It has been hot the last couple of days, and Kevin and I have been spending a lot of time in or near the 110-acre pond that is our backyard. The breeze comes off it, up the slope to our house, and keeps us a good ten degrees cooler here than the people at, say, the Stop & Shop parking lot.
This is not lost on the people at the Stop & Shop parking lot, and the pond has more kayakers, swimmers, and boaters than it usually does. We have had several occasions, over the last couple of days, to shake our heads in disbelief as people go by on stand-up paddleboards. Are we the only ones who think this has got to be the most tedious sport invented in our lifetime? Kevin believes its longevity is owed primarily to the expense involved in acquiring one of these boards. Once you drop four figures on such a thing, you must either continue to insist that it’s a fun way to spend an afternoon or resign yourself to looking like an idiot.
We were engaged in a much more constructive pursuit: dinghy construction.
As part of 2013: Year of the Tuna, we have acquired a mooring in Provincetown Harbor. The tuna territory we have our eye on is a spot called Peaked Hill (pronounced, inexplicably, PEEK-id), on the ocean side of Cape Cod’s tip. We’ve heard, from reliable sources, that it often attracts smaller fish, and smaller fish are what we’re after. The bite at Peaked Hill is often best just at dawn, after a moonless night. When it’s dark, the fish can’t see to feed, and they’re very hungry by the time the sun comes up to illuminate their prey.
If we want to get to Peaked Hill by dawn, we have to leave Barnstable Harbor at about 3:00 AM. Then, in pitch dark, we have to navigate the channel out of the harbor. From the channel head to Provincetown is about 30 miles and, despite the fact that we have radar, sonar, and GPS, it’s a harrowing drive, what with all that pitch blackness.
Consider the alternative. Get a mooring in Provincetown, go up the day before, hang out with your P-town friends, and sleep on the boat. Set the alarm for the civilized hour of 5:00 AM, and go catch yourselves a tuna.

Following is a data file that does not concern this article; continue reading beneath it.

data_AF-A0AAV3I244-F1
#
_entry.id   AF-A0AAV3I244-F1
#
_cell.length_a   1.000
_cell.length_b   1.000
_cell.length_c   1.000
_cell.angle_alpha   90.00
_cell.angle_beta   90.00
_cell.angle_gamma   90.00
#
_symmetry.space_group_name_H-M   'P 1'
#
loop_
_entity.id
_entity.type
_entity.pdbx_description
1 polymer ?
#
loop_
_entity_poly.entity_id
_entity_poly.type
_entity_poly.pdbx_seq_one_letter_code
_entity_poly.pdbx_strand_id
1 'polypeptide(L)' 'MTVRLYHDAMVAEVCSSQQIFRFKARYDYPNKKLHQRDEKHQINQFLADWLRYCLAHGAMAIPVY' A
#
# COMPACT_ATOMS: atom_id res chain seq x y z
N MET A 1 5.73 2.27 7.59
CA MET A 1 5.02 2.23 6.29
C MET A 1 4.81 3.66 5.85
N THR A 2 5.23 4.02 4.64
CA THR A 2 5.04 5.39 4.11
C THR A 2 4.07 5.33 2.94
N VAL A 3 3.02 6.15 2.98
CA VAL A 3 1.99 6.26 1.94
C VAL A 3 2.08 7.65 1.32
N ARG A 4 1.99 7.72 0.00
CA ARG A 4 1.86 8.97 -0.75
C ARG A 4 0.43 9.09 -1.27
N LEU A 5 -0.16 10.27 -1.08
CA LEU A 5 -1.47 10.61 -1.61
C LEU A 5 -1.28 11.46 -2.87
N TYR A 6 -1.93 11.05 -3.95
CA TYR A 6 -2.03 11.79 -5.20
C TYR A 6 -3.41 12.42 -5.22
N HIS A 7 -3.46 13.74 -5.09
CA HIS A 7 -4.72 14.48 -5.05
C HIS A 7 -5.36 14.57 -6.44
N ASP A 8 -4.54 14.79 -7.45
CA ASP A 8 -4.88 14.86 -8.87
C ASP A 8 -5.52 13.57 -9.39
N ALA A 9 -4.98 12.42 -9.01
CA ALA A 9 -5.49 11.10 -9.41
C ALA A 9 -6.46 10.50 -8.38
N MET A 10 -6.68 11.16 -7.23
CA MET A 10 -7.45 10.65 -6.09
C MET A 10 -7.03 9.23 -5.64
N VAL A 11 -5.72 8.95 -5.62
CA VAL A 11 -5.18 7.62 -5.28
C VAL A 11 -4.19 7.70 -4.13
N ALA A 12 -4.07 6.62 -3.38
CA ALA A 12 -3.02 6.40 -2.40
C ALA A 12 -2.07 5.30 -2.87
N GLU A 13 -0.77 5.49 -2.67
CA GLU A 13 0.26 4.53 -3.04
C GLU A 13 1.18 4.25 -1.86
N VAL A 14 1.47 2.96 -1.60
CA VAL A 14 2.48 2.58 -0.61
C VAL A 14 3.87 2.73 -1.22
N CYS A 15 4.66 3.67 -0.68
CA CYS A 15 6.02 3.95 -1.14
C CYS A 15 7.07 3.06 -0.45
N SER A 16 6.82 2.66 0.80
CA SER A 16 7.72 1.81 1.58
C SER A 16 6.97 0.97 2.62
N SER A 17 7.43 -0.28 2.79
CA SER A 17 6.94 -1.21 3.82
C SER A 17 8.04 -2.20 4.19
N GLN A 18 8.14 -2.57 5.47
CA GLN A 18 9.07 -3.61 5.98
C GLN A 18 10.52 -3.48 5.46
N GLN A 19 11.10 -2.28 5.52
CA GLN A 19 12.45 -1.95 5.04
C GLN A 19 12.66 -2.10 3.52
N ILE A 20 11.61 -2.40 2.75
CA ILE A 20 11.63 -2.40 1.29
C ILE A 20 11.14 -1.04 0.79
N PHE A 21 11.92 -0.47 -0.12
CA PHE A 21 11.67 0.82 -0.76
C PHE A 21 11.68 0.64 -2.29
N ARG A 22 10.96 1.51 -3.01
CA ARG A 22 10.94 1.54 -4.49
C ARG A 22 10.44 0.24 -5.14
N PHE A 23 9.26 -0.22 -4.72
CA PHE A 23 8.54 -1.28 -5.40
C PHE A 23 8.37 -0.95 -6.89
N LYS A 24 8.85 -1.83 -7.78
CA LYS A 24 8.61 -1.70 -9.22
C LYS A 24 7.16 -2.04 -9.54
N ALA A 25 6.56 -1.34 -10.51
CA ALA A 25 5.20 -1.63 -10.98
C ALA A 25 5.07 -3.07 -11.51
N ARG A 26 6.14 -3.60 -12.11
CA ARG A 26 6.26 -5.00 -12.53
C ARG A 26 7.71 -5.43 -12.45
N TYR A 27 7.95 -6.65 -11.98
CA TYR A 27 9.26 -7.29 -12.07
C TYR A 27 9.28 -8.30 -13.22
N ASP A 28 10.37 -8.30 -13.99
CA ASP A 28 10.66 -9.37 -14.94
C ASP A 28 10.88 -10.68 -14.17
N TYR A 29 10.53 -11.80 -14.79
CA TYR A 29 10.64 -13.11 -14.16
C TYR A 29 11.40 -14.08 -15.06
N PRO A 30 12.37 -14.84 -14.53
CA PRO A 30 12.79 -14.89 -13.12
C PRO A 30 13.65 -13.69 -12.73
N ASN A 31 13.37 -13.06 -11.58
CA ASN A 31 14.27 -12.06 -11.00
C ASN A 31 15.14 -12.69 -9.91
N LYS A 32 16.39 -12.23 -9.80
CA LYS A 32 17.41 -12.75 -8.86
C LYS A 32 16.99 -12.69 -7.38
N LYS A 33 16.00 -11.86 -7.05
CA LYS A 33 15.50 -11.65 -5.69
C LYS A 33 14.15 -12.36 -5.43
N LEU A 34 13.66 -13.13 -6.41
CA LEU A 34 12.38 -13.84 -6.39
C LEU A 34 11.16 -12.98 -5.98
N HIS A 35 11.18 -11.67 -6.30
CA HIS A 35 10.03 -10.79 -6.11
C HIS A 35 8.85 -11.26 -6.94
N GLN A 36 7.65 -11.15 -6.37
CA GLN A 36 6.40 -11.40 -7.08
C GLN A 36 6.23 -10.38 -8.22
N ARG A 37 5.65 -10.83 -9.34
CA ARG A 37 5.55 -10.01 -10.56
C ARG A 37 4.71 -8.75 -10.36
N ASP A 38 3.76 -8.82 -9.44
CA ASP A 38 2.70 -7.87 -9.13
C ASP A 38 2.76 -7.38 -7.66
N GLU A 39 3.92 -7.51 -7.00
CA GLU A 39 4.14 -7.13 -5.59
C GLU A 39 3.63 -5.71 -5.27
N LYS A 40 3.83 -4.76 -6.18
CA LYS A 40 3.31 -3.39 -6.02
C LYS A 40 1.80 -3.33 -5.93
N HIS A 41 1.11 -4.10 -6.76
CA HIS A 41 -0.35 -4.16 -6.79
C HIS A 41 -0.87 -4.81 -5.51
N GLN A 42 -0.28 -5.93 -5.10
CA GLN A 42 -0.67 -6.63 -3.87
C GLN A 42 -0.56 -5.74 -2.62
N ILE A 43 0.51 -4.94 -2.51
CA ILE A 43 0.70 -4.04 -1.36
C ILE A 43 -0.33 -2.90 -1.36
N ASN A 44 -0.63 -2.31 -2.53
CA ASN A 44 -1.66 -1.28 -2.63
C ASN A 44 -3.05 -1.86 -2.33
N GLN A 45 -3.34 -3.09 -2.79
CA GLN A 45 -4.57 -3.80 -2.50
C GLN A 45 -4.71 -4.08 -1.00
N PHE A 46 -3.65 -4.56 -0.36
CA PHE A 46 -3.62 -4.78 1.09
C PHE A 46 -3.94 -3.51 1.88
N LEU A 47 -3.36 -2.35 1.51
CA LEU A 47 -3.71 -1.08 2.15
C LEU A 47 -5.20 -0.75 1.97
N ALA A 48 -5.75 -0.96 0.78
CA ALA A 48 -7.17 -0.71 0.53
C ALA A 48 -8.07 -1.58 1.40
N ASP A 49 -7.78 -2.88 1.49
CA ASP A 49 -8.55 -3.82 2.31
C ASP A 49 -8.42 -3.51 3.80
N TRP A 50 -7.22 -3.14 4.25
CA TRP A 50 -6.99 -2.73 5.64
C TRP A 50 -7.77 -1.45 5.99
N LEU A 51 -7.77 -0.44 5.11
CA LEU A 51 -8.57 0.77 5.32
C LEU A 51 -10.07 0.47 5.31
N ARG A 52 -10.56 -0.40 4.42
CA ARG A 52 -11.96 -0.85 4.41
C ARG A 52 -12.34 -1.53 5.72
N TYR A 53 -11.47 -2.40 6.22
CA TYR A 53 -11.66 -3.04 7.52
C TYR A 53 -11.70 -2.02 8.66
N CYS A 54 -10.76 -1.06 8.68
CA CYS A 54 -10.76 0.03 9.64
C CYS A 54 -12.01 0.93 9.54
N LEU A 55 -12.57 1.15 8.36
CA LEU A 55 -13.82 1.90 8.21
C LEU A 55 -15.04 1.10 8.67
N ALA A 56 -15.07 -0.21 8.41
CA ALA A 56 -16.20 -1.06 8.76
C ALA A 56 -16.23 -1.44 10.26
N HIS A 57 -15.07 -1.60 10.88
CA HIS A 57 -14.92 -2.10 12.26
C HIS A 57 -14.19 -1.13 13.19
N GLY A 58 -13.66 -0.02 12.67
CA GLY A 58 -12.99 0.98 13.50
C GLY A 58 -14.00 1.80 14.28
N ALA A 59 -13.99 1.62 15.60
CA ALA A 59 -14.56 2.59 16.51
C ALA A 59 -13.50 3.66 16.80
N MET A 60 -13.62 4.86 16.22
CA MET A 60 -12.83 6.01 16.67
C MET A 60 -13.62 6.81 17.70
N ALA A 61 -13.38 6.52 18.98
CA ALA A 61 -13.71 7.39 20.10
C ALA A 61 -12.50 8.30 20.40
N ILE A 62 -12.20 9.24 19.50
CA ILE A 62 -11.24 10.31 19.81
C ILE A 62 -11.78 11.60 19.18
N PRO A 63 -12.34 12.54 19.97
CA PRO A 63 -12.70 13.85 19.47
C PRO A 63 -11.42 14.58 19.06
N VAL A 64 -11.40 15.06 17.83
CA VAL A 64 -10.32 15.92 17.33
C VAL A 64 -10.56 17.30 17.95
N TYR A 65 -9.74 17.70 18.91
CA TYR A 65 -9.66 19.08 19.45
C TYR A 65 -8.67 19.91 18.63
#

We chose B.
The only kink in that plan is that our boat will only get us 99% of the way to Provincetown. That last one percent, from the mooring to the shore, is a problem. The time-honored way to solve it is to keep a dinghy either on shore, on the stretch of beach where storage is permitted, or at the mooring itself.
Keeping the dinghy on the mooring is much more convenient, as it’s there when you need it. No need for Kevin to drop me at the dock to go get the dinghy and row it out to the mooring. We just pull up, hop in the dinghy, and Bob’s your uncle. There’s a problem, though, with keeping a dinghy on a mooring that you don’t visit frequently: if it rains, the thing sinks.
Which brings me to the manifest inadequacy of my nautical education. There are ways, it seems, of making a boat what is called “self-bailing.” The means to this end are things called scuppers. Look it up, and you’ll find that a scupper is defined as, “an opening in the side of a ship at deck level to allow water to run off.”
I know it’s just my ignorance showing, but this sounds an awful lot like a hole. And holes are something I thought boats weren’t supposed to have. Without some fancy valve mechanism (which, I later discovered, some boats – including our own – have), I would think that the same “opening” that lets water out would also let water in.
Which it would, of course. What turns a hole into a scupper is its position. Below the water line, it’s a hole, and water comes in. Above the water line, it’s a scupper, and water goes out.
But wait! Here’s where it gets complicated. While you’re out minding your own business, trying to catch a tuna, the rain is gradually filling your dinghy hull. As it fills with rain water, it sits lower and lower in the ocean water. The scuppers only function if the water inside the boat reaches their level before the water outside the boat does.